Men and women farmers have different abilities to adapt to and mitigate climate change. This is why research needs to be sensitized to the gender implications of climate change in the context of agriculture and food security.
When it was released a year ago, the training guide ‘Gender and Climate Change Research in Agriculture and Food Security for Rural Development’ was one of the rare publications to help sensitize users about the linkages between gender, climate and food security.
In short, the guide aims to better understand how men and women farmers adapt to and mitigate climate change, by providing participatory action research tools and methods.
Responding to civil society’s requests, the Food and Agriculture Organization of the United Nations (FAO), with support from the CGIAR Research Program on Climate Change, Agriculture and Food Security (CCAFS), has now-updated the introduction and developed a new infographic on the subject. All materials have also been translated into two new languages: French and Spanish.
"The ambition was to make sure the guide could be accessed by people who don’t speak English as their first language. By doing this we hope that new regions, such as Latin America, the Caribbean and West Africa, will also start using this manual,” says Sibyl Nelson, Gender Officer at FAO.
Having the guide in multiple languages will hopefully lead to more people delivering gender-sensitive research outputs. This would help fill the data- and information-gap on gender in the context of agriculture and climate change that currently exists.
“More information would improve our understanding of how socially constructed roles in society, for both men and women farmers, could be impacting climate adaptation,” says Jennifer Twyman, Gender Expert at CCAFS.
What will you find in the guide?
By using the tools, researchers can learn how men and women spend their time during the day, who does what in the household and in the community and how men and women farmers receive climate information, such as weather forecasts.
The guide also provides methods to collect information on male and female farmers’ access to resources, such as loans or knowledge, and their decision making. Most often, men and women smallholder farmers in low-income countries have unequal access to productive resources, which the guide will help uncover.
Do mind the gender-gap
Unequal access to resources is a problem. Often, farms managed by female-headed households are between half to two-thirds the size of farms run by male-headed households. The issue here is, without equal access to resources, it will be harder for women to produce the food that is needed to feed the hungry, as well as adapt to climate change.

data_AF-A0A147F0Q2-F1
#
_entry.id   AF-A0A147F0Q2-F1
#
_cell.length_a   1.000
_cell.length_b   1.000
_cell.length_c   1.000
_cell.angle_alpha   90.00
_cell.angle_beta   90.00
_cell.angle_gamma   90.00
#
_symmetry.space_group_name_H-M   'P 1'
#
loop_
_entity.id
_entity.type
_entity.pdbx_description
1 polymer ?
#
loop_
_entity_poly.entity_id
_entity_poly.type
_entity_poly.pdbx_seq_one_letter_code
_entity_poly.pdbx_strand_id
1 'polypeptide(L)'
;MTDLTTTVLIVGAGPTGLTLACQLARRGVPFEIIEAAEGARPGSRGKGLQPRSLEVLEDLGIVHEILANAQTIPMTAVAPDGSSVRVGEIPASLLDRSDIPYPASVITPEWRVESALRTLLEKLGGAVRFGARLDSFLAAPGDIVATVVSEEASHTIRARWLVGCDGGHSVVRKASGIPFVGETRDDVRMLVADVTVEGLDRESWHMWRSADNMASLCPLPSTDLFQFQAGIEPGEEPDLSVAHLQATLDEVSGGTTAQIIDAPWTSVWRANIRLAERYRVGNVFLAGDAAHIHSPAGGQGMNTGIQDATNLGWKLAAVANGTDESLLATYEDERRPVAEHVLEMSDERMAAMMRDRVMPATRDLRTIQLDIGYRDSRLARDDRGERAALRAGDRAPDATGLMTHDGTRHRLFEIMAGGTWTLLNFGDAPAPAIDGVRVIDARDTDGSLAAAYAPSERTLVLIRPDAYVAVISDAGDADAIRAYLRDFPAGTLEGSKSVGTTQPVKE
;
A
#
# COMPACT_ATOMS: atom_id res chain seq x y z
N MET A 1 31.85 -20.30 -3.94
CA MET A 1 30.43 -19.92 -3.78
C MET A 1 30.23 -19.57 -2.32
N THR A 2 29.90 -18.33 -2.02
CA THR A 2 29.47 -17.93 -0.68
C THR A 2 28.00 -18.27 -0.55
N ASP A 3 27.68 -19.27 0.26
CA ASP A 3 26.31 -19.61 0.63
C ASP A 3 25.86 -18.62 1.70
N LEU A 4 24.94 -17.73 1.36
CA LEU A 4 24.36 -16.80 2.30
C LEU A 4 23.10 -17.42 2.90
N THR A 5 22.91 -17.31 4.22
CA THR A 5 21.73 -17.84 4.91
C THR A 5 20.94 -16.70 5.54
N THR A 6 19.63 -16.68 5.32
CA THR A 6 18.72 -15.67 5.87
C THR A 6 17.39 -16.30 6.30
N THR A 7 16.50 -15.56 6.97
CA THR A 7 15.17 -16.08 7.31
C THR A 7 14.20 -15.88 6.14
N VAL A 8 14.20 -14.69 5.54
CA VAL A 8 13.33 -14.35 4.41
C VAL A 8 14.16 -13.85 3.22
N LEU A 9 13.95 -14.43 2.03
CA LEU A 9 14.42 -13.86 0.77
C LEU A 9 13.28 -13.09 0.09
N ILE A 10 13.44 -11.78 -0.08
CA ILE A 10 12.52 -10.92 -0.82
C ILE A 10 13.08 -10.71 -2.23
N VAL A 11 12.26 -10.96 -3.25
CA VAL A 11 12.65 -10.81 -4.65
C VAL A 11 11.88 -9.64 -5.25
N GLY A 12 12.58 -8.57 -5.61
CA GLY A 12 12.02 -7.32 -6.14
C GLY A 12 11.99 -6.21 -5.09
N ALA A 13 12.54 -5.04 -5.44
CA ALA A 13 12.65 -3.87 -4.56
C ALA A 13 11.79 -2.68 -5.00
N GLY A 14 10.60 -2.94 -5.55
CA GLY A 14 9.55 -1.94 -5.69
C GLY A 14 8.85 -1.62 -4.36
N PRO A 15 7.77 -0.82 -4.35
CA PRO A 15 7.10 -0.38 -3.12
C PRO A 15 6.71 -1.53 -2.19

Numbers from FAO show that if women had the same access to resources as men, they could increase yields on their farms by 20–30 percent. This gap in productivity is sometimes referred to as the ‘gender gap in agriculture’ .
The gender productivity gap is problematic, as women play an important role in food production, especially in low-income countries.
“A gender-sensitive approach to respond to climate change in agriculture is crucial, as it would help ensure that both men and women’s priorities are taken into account so that they receive the support and resources they need,” says Sibyl Nelson.
This is where the manual comes into play. It provides the tools and participatory methods required to ensure that gender is reflected within research and outcomes.
Putting the guide to the test
Several teams composing of gender and climate experts have vigorously been testing the training guide in the field. Through the tools and methods, they have been able to pin-point gender-differences related to agricultural practices and activities.
Researchers from Ghana, Bangladesh and Uganda showed, among many things, that men and women’s ability to travel differs greatly. Women in Ghana found it difficult to travel large distances, inhibiting them from learning from other areas about how they are coping with climate change.
In Bangladesh, traditions might inhibit women from traveling as well as adquiring weather forecasts that would allow farmers, for example, to choose the right timing for planting. Women’s household responsibilities in Uganda prevented them from traveling to the city to buy new tools and seeds if needed.
Earlier research in India, where the tools and methods were first tested, showed that men were more willing than women to migrate in response to changing climatic conditions. Men's traditional role as head of household also seemed to lead them to feel increased stress during times of low rainfall.
These kinds of constraints need to be reflected in any climate change adaptation project. Climate projects that are not gender-sensitive might even fail, as without gender they are not addressing the whole issue, Jennifer Twyman concludes.
But more work is needed to fully comprehend how men and women are adapting to climate change and how their roles in society might either prevent or be used as a stepping-stone towards successful resilience building.
With a gender guide in three different languages, more researchers and development workers that really want to get to the bottom of this complex area are now able to do so. And we encourage them!